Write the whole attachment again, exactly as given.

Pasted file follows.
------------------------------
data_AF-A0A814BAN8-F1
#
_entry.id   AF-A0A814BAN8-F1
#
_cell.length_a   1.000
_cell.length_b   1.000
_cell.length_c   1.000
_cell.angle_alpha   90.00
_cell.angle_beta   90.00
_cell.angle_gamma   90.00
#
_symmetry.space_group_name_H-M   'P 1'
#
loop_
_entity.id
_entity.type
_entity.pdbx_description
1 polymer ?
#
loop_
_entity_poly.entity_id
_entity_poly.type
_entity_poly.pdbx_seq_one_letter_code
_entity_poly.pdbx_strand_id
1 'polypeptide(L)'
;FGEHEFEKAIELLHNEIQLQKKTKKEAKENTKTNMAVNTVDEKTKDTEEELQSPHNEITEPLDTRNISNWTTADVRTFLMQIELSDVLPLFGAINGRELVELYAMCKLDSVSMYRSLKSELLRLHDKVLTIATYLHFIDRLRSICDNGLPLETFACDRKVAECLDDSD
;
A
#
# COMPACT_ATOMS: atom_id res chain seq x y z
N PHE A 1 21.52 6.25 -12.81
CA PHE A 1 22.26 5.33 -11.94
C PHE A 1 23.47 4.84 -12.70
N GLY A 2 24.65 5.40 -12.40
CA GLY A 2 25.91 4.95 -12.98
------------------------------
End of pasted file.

data_AF-A0A814BAN8-F1
#
_entry.id   AF-A0A814BAN8-F1
#
_cell.length_a   1.000
_cell.length_b   1.000
_cell.length_c   1.000
_cell.angle_alpha   90.00
_cell.angle_beta   90.00
_cell.angle_gamma   90.00
#
_symmetry.space_group_name_H-M   'P 1'
#
loop_
_entity.id
_entity.type
_entity.pdbx_description
1 polymer ?
#
loop_
_entity_poly.entity_id
_entity_poly.type
_entity_poly.pdbx_seq_one_letter_code
_entity_poly.pdbx_strand_id
1 'polypeptide(L)'
;FGEHEFEKAIELLHNEIQLQKKTKKEAKENTKTNMAVNTVDEKTKDTEEELQSPHNEITEPLDTRNISNWTTADVRTFLMQIELSDVLPLFGAINGRELVELYAMCKLDSVSMYRSLKSELLRLHDKVLTIATYLHFIDRLRSICDNGLPLETFACDRKVAECLDDSD
;
A
#
# COMPACT_ATOMS: atom_id res chain seq x y z
N PHE A 1 21.52 6.25 -12.81
CA PHE A 1 22.26 5.33 -11.94
C PHE A 1 23.47 4.84 -12.70
N GLY A 2 24.65 5.40 -12.40
CA GLY A 2 25.91 4.95 -12.98